Articles from December to January 2020
Thank you once again for all the kind comments about these articles. I’m glad you find them informative and entertaining. I’m pleased everyone is now more aware of what the scammers get up to and if it stops them getting money, that’s a great result.
Following on from last month, where I mentioned ‘Quick Assist’ which I can use for remote access to your computer, I came across something which, potentially, could lead to serious problems if not guarded against. In fact, it was so obvious an issue, I’m surprised I didn’t spot it before. It’s to do with the way website passwords are stored on your PC.
I am fairly relaxed about whether you have a password or not when you start up your computer. My rule of thumb is usually that if you have work files, or children, then a password is a good idea. If you are the only person using the PC, then it’s not really necessary. I may change that opinion now. The reason for this is as we merrily go on day-to-day surfing the internet, buying things from Amazon, e-bay etc, we usually click the helpful “save this password” prompt so we don’t have to keep retyping it. This also happens with email passwords too. Which is where this particular alarm bell was sounded.
I was setting up someone’s email on a new laptop, when, having been asked for their password, said those famous words “I don’t have one, I click on ‘email’ and they download’. Groan! Whilst they consulted several notebooks, I recalled that in amongst the many settings in Microsoft Edge (and Google Chrome) there is a ‘Passwords’ option and that clicking on this, you get a list of all the websites you have visited, along with their stored passwords (if you clicked ‘Save’ that is). Seconds later, I had the person’s email password and was able to tell them what it was!
But it dawned on me afterwards, that if I could get that password so easily, then a scammer logged into the PC could do the same, (or anyone else for that matter) and get all your other website passwords too. When I checked this out later, I found that if there is a password set to log into the computer, when you try and access any of the stored ones, you are asked to confirm the login password, before you can see it. If there isn’t a log-in password, you can read any of the stored passwords quite easily. To view these, open Edge or Chrome, click on the three dots (top right) and select ‘Settings’ then ‘Passwords’.
So now you’ve all come back from looking at your passwords, what should you do? Well, if it’s just you using the PC and you are confident never to let anyone have access, then don’t worry. But, it might be a better idea to secure your files with a password, right now. And also go through that password list writing down all the ones you’d forgotten.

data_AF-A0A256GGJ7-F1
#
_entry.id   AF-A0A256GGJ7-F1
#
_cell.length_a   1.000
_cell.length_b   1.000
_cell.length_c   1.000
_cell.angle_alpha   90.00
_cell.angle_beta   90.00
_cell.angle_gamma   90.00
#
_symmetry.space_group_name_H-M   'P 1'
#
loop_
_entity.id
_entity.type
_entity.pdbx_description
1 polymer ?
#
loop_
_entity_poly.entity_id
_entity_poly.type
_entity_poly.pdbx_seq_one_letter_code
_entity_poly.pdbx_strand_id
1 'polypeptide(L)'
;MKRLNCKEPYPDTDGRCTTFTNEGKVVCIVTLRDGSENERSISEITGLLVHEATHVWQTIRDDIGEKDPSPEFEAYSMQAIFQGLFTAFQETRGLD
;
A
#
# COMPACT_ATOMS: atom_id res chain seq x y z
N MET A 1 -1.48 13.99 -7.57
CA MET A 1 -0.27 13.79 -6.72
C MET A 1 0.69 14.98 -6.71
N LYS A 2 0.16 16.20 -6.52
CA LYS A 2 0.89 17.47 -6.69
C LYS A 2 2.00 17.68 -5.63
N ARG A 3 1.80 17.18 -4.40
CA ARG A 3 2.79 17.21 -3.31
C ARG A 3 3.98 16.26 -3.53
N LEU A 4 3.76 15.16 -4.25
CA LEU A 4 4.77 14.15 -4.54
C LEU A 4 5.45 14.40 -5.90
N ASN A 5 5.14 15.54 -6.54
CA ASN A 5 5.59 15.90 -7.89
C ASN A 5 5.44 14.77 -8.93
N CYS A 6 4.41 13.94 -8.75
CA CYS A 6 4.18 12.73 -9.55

To set a log-in password, go to Start>Settings>Accounts and click on ‘sign in options’. You can create a password, and then if you prefer, create a pin-number too, to secure access. I tend to avoid the ‘sign in with your Microsoft account’ option personally but if you have a Hotmail or Outlook email address from Microsoft, then it’s up to you if you want to use that instead. If you have any concerns, just call me and I can help.
Stay Alert, Stay Safe, Beat the Scammers!
I have come across several PCs and Laptops which haven’t picked up April’s Windows 10 update and one or two of them have had very old versions of Windows 10 on them. The numbering sequence of Windows 10 is quite easy to follow if you know what to look for. Before I tell you what to look for, here’s how to check your version of Windows 10. With your computer on, right-click on the start icon (bottom left corner of the screen) and then select ‘Run’ from the menu. Type ‘winver’ in the box and press enter. A window will open with details of your version of windows (see pic).
If it says you have ‘version 2004’. This is for the April release in 2020. Last year’s numbering was 1903 (March 2019) and 1909 (September 2019). The numbering for previous years is the same, going back to the year 2015. Hopefully, you won’t have anything that old, but I have found some computers with 1803/1809 (March/Sept 2018) on them. These have been running very slowly!
Windows 10 is pretty good at keeping itself updated, but it can get out of sync and needs the odd ‘prod’ to get it back in step. To do this and check for updates: Click Start>Settings and then select ‘Updates and Security’ from the list. You may have to scroll down to find this as it’s at the bottom. Even if Windows says ‘you are up to date’, it is worth clicking ‘Check for updates’ and forcing it to check. Another possibility is that you will see a message about a ‘feature update’ which you have to ‘download and install’ by clicking the link. Note: if you have to do that, it will take quite a while to download and install!
I am also aware that there is a problem with some versions of Outlook (in Microsoft Office). If you try and search for a particular email, a message will appear above your search saying ‘Something went wrong and your search couldn’t be completed’, but then carries on and does the search anyway. This is a bug which came from a Microsoft update a while back. They are supposed to be working on a fix but it hasn’t reached me yet if they have!
A recent addition to Windows 10 that I have found very useful, is a feature called ‘Quick Assist’. Supposing you have a problem on your computer that I could fix easily if I were in your home, but we don’t want to risk a visit in these interesting times. This is where ‘Quick Assist’ will help. Both you and me run the program I click on give assistance, and you click on receive assistance. The app shows you a code number which you give to me and I put it into my PC and ‘Hey Presto!’ I can control your PC. Obviously you should only use this with someone you know as it won’t be long (no doubt) before some scammer cottons on to this and tries to get access to your PC. Currently these scammers use other forms of remote assistance to rob you. Never, ever, give access to your PC to anyone who rings you and claims to be from some big sounding organisation, no matter how plausible the tale they spin you sounds. It Will End In Tears! Yours!!